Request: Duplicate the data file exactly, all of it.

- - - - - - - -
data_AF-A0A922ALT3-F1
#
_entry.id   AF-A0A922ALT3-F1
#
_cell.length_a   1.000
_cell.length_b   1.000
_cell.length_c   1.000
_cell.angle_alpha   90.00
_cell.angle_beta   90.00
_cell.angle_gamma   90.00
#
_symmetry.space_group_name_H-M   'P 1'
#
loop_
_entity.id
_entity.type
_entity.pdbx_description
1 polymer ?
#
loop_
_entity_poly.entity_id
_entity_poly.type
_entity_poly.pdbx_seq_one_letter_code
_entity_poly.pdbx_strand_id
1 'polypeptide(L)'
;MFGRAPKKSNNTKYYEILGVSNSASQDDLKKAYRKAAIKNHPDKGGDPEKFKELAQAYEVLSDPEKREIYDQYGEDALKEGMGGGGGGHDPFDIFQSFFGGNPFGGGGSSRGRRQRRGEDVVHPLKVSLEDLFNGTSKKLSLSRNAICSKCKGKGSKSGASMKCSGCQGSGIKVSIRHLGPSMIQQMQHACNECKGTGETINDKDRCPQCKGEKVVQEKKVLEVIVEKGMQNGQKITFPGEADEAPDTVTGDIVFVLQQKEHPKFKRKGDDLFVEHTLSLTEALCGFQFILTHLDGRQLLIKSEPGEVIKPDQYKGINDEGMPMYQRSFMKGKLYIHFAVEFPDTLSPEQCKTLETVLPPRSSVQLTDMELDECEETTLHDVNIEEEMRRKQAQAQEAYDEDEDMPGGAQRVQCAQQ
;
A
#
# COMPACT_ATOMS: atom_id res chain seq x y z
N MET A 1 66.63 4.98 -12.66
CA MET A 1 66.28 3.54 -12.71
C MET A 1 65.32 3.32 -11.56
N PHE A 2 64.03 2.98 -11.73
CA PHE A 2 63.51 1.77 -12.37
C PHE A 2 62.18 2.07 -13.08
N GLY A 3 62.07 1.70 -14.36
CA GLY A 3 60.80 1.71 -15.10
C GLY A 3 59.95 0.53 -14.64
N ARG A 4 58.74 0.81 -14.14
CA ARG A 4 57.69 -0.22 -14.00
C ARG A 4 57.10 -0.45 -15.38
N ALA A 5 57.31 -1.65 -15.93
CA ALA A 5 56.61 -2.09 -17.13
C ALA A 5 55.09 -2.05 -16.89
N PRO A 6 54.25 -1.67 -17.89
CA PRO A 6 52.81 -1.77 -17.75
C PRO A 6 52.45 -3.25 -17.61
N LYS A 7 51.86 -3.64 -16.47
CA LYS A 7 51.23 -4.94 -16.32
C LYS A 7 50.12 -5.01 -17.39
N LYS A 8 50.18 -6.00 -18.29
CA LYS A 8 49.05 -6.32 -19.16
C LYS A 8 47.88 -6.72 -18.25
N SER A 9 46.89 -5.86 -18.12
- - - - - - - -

data_AF-A0A922ALT3-F1
#
_entry.id   AF-A0A922ALT3-F1
#
_cell.length_a   1.000
_cell.length_b   1.000
_cell.length_c   1.000
_cell.angle_alpha   90.00
_cell.angle_beta   90.00
_cell.angle_gamma   90.00
#
_symmetry.space_group_name_H-M   'P 1'
#
loop_
_entity.id
_entity.type
_entity.pdbx_description
1 polymer ?
#
loop_
_entity_poly.entity_id
_entity_poly.type
_entity_poly.pdbx_seq_one_letter_code
_entity_poly.pdbx_strand_id
1 'polypeptide(L)'
;MFGRAPKKSNNTKYYEILGVSNSASQDDLKKAYRKAAIKNHPDKGGDPEKFKELAQAYEVLSDPEKREIYDQYGEDALKEGMGGGGGGHDPFDIFQSFFGGNPFGGGGSSRGRRQRRGEDVVHPLKVSLEDLFNGTSKKLSLSRNAICSKCKGKGSKSGASMKCSGCQGSGIKVSIRHLGPSMIQQMQHACNECKGTGETINDKDRCPQCKGEKVVQEKKVLEVIVEKGMQNGQKITFPGEADEAPDTVTGDIVFVLQQKEHPKFKRKGDDLFVEHTLSLTEALCGFQFILTHLDGRQLLIKSEPGEVIKPDQYKGINDEGMPMYQRSFMKGKLYIHFAVEFPDTLSPEQCKTLETVLPPRSSVQLTDMELDECEETTLHDVNIEEEMRRKQAQAQEAYDEDEDMPGGAQRVQCAQQ
;
A
#
# COMPACT_ATOMS: atom_id res chain seq x y z
N MET A 1 66.63 4.98 -12.66
CA MET A 1 66.28 3.54 -12.71
C MET A 1 65.32 3.32 -11.56
N PHE A 2 64.03 2.98 -11.73
CA PHE A 2 63.51 1.77 -12.37
C PHE A 2 62.18 2.07 -13.08
N GLY A 3 62.07 1.70 -14.36
CA GLY A 3 60.80 1.71 -15.10
C GLY A 3 59.95 0.53 -14.64
N ARG A 4 58.74 0.81 -14.14
CA ARG A 4 57.69 -0.22 -14.00
C ARG A 4 57.10 -0.45 -15.38
N ALA A 5 57.31 -1.65 -15.93
CA ALA A 5 56.61 -2.09 -17.13
C ALA A 5 55.09 -2.05 -16.89
N PRO A 6 54.25 -1.67 -17.89
CA PRO A 6 52.81 -1.77 -17.75
C PRO A 6 52.45 -3.25 -17.61
N LYS A 7 51.86 -3.64 -16.47
CA LYS A 7 51.23 -4.94 -16.32
C LYS A 7 50.12 -5.01 -17.39
N LYS A 8 50.18 -6.00 -18.29
CA LYS A 8 49.05 -6.32 -19.16
C LYS A 8 47.88 -6.72 -18.25
N SER A 9 46.89 -5.86 -18.12